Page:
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Gary Van Sickle
July 26, 1999
When an already tough course turned into a killer, everybody screamed bloody murder
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July 26, 1999


When an already tough course turned into a killer, everybody screamed bloody murder

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The masters had rough, and the greens at the U.S. Open were a bear, but the first two majors of 1999 were nothing compared to the British Open at nasty Carnoustie. "Only 30 days ago we were saying that Pinehurst was the hardest course we've ever played," said Colin Montgomerie. "Now we've changed our opinion."

The numbers were convincing. Not only did no one break par (71) last week, but also just six players finished better than 10 over. Paul Lawrie's winning score of six over was the highest in a major since Hale Irwin's seven over in the 1974 U.S. Open at Winged Foot. And the cut came at 12 over, the highest since it was +13 in '74 at Winged Foot.

Much of the carnage came on the 7,361-yard course's four fearsome finishing holes and at the par-56th, a 579-yard brute that had almost all the players second-guessing the setup. "I wish I hadn't come," said Phil Mickelson, who was happy to flee the scene of the crime after shooting 79-76.

Here's all you need to know about Carnoustie: Pretournament favorite Sergio Garcia, defending champ Mark O'Meara and Rodney Pampling, the first-round leader, were a combined 60 over par after the two rounds. Garcia was so despondent during his opening 89 that he considered walking off the course. O'Meara had no offense in his title defense and shot an 83 last Thursday. Pampling made history by becoming the only first-round leader to miss the cut when he followed his 71 with a Maxwell Smart (an 86).

Garcia's demise was the most stunning. The 19-year-old wunderkind had been on a roll, winning the Irish Open and tying for second at Loch Lomond in the weeks leading up to the Open. He never had a chance at Carnoustie, triple-bogeying the opening hole and doubling the 9th while going out in 44. He had four more doubles on the back nine and bolted from the course in tears after finishing. To his credit, he returned a couple of hours later. "I felt as if I couldn't swing the club," he said. "It crossed my mind to walk off, but my caddie said, 'Come on, let's see if you can shoot 80,' but that was an impossibility."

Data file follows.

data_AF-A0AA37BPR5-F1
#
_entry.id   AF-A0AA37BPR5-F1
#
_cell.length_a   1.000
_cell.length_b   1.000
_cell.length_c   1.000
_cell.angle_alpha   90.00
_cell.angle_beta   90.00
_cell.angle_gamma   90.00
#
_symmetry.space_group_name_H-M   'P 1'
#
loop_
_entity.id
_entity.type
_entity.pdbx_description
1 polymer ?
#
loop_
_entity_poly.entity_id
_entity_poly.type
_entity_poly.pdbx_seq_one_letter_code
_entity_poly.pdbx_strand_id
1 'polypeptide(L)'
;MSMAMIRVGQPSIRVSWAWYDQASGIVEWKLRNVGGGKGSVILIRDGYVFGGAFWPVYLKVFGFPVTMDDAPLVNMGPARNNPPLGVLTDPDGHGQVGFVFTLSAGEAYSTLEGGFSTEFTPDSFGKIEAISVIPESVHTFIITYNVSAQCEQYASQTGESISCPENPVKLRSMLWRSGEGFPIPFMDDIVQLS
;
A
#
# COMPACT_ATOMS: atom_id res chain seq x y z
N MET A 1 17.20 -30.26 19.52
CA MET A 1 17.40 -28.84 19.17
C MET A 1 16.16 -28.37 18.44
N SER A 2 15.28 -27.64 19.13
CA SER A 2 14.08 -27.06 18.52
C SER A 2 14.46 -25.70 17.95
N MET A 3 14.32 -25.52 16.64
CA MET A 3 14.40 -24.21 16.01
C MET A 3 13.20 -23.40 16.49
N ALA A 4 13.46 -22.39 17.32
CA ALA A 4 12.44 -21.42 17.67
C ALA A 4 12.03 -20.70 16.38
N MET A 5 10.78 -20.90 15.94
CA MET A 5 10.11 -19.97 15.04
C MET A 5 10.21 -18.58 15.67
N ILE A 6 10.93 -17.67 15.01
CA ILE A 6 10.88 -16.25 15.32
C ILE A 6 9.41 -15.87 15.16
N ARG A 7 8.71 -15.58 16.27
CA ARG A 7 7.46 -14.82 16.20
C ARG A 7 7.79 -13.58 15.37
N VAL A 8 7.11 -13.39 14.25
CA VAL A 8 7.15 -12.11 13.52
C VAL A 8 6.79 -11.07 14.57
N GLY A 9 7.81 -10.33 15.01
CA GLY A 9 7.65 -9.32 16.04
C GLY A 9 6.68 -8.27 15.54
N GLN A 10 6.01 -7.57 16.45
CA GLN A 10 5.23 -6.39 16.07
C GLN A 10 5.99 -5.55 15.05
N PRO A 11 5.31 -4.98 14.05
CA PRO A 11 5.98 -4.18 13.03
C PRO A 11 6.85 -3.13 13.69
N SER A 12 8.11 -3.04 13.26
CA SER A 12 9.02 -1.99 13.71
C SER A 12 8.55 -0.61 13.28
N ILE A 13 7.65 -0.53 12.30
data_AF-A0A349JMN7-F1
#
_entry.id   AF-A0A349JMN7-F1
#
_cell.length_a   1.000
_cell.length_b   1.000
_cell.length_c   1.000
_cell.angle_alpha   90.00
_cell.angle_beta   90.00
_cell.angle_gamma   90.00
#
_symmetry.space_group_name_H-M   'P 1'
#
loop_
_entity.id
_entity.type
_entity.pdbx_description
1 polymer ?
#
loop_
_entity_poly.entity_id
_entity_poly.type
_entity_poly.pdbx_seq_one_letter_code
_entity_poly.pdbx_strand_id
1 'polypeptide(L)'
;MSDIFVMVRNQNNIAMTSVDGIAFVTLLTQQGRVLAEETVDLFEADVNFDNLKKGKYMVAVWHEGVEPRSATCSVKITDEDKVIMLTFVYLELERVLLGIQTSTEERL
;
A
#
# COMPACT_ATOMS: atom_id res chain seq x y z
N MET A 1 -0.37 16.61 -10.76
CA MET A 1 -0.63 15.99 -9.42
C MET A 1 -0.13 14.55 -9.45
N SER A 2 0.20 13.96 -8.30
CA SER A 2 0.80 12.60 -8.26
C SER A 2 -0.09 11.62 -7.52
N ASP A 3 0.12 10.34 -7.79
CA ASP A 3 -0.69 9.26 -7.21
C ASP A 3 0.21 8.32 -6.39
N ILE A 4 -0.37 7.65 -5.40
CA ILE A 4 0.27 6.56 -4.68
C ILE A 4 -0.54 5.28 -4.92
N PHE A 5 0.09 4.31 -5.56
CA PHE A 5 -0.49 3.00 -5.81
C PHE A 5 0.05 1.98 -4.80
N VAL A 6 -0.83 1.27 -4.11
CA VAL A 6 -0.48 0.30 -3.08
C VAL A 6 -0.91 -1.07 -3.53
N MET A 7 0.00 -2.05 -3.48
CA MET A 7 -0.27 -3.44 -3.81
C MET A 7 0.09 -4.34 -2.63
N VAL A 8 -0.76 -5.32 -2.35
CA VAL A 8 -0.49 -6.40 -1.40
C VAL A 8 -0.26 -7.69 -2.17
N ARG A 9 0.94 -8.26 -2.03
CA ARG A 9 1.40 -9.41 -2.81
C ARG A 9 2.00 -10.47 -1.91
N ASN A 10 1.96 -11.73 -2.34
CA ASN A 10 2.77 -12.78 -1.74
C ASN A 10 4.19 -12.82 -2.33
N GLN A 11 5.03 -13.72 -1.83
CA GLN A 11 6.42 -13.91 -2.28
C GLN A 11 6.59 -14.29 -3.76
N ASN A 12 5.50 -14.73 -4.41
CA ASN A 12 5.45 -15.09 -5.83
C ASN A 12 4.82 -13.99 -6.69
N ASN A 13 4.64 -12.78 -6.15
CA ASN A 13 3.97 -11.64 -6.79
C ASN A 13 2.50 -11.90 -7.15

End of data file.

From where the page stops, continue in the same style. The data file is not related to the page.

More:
Garcia learned the hard truth about Carnoustie: The course was unplayable from the rough. He hit only five fairways in the first round and was even par on those holes. He was 18 over on the others. Garcia's short game failed him, too. He had an 83 on Friday and took 69 putts in the first two rounds despite hitting only 15 of 36 greens in regulation. "I will try to forget this," Garcia said when his Friday round was over. "It was not a good experience. I don't feel embarrassed. I just don't care." Garcia added that he did not intend to watch the rest of the Open on TV, either. He had already seen enough.

O'Meara doubled the 2nd and 3rd holes on Thursday, added another double at the 10th and tripled the 17th. "When you're defending champion and shoot in the 80s, it's a little embarrassing," he said. "I'm a professional golfer. I have pride. I knew I was going to get a snowman score [in the 80s], I just didn't want a dreaded caveman [in the 90s]."

Four things made Carnoustie tough: ridiculously narrow fairways; ferocious rough; firm, fast greens; and, for the first three days anyway, a steady 20-to 25-mph wind. Most of the complaints were about the width of the fairways. The landing area for the second shot at the controversial 6th, for example, was only nine yards wide. "We don't call these fairways back in the States," said U.S. Open champ Payne Stewart, who came in 30th, "we call 'em walkways." Even Tom Watson, a five-time British Open winner, spoke out against the setup. "Giving golfers a fairway 15 yards wide is below die minimum by quite a bit," he said. "The USGA's minimum is 23 yards. We have several fairways here close to 15 yards wide or less. That's unfair." After turning aside that kind of criticism for days, Hugh Campbell, chairman of the Royal & Ancient's championship committee, admitted on the weekend that the fairways, which had been halved for the tournament, were probably too narrow given the severity of the rough.

The R&A denied, however, that the rough, which was knee-high only a few steps off the fairway, had been fertilized and watered in the weeks before the tournament, as 1985 Open champ Sandy Lyle claimed. Said Stewart Cink, who failed to break 80 in the opening two rounds, "It's one thing to hit bad shots that turn out bad. It's another thing to hit damn good shots that turn out bad...over and over. I missed one fairway by four feet and spent four minutes looking for the ball."

Although the greens were firm, like the fairways, they were no more so than the greens at any British Open played on a links course. Nevertheless, they frustrated the players who were either unable or unwilling to hit run-up shots to them.

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